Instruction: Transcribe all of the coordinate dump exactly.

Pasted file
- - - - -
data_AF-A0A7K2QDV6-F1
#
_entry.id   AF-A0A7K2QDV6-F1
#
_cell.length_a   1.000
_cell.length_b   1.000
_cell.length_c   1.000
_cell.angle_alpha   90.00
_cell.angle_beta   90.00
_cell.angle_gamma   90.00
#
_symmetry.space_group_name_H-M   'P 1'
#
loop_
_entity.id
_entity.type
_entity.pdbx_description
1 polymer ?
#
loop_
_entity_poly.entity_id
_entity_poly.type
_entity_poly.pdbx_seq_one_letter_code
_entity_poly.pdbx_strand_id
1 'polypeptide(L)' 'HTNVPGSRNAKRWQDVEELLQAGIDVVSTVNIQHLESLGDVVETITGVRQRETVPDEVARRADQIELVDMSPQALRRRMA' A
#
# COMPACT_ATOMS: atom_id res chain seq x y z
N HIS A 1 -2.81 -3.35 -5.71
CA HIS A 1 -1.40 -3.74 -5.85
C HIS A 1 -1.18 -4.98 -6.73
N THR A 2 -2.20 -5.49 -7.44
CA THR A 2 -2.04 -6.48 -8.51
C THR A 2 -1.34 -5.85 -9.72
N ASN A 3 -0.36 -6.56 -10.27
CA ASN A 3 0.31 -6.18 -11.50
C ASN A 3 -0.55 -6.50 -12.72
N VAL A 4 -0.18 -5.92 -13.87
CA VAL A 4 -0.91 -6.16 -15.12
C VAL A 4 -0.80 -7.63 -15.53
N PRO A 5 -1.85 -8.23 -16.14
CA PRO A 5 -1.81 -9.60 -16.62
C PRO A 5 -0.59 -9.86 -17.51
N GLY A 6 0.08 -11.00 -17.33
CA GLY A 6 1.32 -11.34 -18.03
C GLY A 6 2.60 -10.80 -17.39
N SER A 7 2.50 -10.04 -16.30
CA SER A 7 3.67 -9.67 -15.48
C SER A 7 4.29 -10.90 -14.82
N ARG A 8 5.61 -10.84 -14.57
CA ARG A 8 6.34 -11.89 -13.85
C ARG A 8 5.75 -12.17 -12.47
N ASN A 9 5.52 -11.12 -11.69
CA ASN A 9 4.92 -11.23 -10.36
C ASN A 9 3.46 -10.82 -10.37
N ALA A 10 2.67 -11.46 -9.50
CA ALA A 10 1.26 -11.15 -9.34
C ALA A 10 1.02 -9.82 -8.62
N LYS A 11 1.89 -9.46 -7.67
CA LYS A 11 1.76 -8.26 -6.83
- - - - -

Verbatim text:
data_AF-A0A7K2QDV6-F1
#
_entry.id   AF-A0A7K2QDV6-F1
#
_cell.length_a   1.000
_cell.length_b   1.000
_cell.length_c   1.000
_cell.angle_alpha   90.00
_cell.angle_beta   90.00
_cell.angle_gamma   90.00
#
_symmetry.space_group_name_H-M   'P 1'
#
loop_
_entity.id
_entity.type
_entity.pdbx_description
1 polymer ?
#
loop_
_entity_poly.entity_id
_entity_poly.type
_entity_poly.pdbx_seq_one_letter_code
_entity_poly.pdbx_strand_id
1 'polypeptide(L)' 'HTNVPGSRNAKRWQDVEELLQAGIDVVSTVNIQHLESLGDVVETITGVRQRETVPDEVARRADQIELVDMSPQALRRRMA' A
#
# COMPACT_ATOMS: atom_id res chain seq x y z
N HIS A 1 -2.81 -3.35 -5.71
CA HIS A 1 -1.40 -3.74 -5.85
C HIS A 1 -1.18 -4.98 -6.73
N THR A 2 -2.20 -5.49 -7.44
CA THR A 2 -2.04 -6.48 -8.51
C THR A 2 -1.34 -5.85 -9.72
N ASN A 3 -0.36 -6.56 -10.27
CA ASN A 3 0.31 -6.18 -11.50
C ASN A 3 -0.55 -6.50 -12.72
N VAL A 4 -0.18 -5.92 -13.87
CA VAL A 4 -0.91 -6.16 -15.12
C VAL A 4 -0.80 -7.63 -15.53
N PRO A 5 -1.85 -8.23 -16.14
CA PRO A 5 -1.81 -9.60 -16.62
C PRO A 5 -0.59 -9.86 -17.51
N GLY A 6 0.08 -11.00 -17.33
CA GLY A 6 1.32 -11.34 -18.03
C GLY A 6 2.60 -10.80 -17.39
N SER A 7 2.50 -10.04 -16.30
CA SER A 7 3.67 -9.67 -15.48
C SER A 7 4.29 -10.90 -14.82
N ARG A 8 5.61 -10.84 -14.57
CA ARG A 8 6.34 -11.89 -13.85
C ARG A 8 5.75 -12.17 -12.47
N ASN A 9 5.52 -11.12 -11.69
CA ASN A 9 4.92 -11.23 -10.36
C ASN A 9 3.46 -10.82 -10.37
N ALA A 10 2.67 -11.46 -9.50
CA ALA A 10 1.26 -11.15 -9.34
C ALA A 10 1.02 -9.82 -8.62
N LYS A 11 1.89 -9.46 -7.67
CA LYS A 11 1.76 -8.26 -6.83